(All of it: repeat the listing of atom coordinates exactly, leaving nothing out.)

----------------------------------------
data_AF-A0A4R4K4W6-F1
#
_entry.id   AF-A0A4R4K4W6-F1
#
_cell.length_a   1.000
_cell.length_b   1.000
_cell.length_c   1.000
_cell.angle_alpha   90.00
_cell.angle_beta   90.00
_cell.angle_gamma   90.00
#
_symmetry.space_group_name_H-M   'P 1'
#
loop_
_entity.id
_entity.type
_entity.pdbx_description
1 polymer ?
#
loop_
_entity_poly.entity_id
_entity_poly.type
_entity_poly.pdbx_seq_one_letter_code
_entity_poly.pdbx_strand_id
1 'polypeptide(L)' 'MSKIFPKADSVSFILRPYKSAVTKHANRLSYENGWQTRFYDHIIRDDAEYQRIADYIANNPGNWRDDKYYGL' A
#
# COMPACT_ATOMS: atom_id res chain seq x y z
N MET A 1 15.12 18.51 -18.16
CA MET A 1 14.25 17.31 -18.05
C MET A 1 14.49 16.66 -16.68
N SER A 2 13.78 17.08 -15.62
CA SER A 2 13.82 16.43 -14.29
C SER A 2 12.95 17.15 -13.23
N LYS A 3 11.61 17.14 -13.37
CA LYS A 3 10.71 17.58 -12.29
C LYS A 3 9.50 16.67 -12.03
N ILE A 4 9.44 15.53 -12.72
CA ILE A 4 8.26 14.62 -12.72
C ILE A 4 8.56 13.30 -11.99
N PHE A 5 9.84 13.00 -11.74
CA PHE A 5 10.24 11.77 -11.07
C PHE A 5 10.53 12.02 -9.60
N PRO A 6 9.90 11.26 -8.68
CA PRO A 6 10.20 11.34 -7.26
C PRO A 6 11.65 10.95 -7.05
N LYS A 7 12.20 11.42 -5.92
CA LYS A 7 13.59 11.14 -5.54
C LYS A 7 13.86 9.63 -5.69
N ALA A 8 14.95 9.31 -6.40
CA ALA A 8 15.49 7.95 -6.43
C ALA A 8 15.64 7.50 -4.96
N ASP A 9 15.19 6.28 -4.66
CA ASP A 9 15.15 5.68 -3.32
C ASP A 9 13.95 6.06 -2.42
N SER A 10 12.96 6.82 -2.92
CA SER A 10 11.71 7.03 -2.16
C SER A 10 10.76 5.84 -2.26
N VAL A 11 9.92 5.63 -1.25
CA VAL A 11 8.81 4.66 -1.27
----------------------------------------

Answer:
data_AF-A0A4R4K4W6-F1
#
_entry.id   AF-A0A4R4K4W6-F1
#
_cell.length_a   1.000
_cell.length_b   1.000
_cell.length_c   1.000
_cell.angle_alpha   90.00
_cell.angle_beta   90.00
_cell.angle_gamma   90.00
#
_symmetry.space_group_name_H-M   'P 1'
#
loop_
_entity.id
_entity.type
_entity.pdbx_description
1 polymer ?
#
loop_
_entity_poly.entity_id
_entity_poly.type
_entity_poly.pdbx_seq_one_letter_code
_entity_poly.pdbx_strand_id
1 'polypeptide(L)' 'MSKIFPKADSVSFILRPYKSAVTKHANRLSYENGWQTRFYDHIIRDDAEYQRIADYIANNPGNWRDDKYYGL' A
#
# COMPACT_ATOMS: atom_id res chain seq x y z
N MET A 1 15.12 18.51 -18.16
CA MET A 1 14.25 17.31 -18.05
C MET A 1 14.49 16.66 -16.68
N SER A 2 13.78 17.08 -15.62
CA SER A 2 13.82 16.43 -14.29
C SER A 2 12.95 17.15 -13.23
N LYS A 3 11.61 17.14 -13.37
CA LYS A 3 10.71 17.58 -12.29
C LYS A 3 9.50 16.67 -12.03
N ILE A 4 9.44 15.53 -12.72
CA ILE A 4 8.26 14.62 -12.72
C ILE A 4 8.56 13.30 -11.99
N PHE A 5 9.84 13.00 -11.74
CA PHE A 5 10.24 11.77 -11.07
C PHE A 5 10.53 12.02 -9.60
N PRO A 6 9.90 11.26 -8.68
CA PRO A 6 10.20 11.34 -7.26
C PRO A 6 11.65 10.95 -7.05
N LYS A 7 12.20 11.42 -5.92
CA LYS A 7 13.59 11.14 -5.54
C LYS A 7 13.86 9.63 -5.69
N ALA A 8 14.95 9.31 -6.40
CA ALA A 8 15.49 7.95 -6.43
C ALA A 8 15.64 7.50 -4.96
N ASP A 9 15.19 6.28 -4.66
CA ASP A 9 15.15 5.68 -3.32
C ASP A 9 13.95 6.06 -2.42
N SER A 10 12.96 6.82 -2.92
CA SER A 10 11.71 7.03 -2.16
C SER A 10 10.76 5.84 -2.26
N VAL A 11 9.92 5.63 -1.25
CA VAL A 11 8.81 4.66 -1.27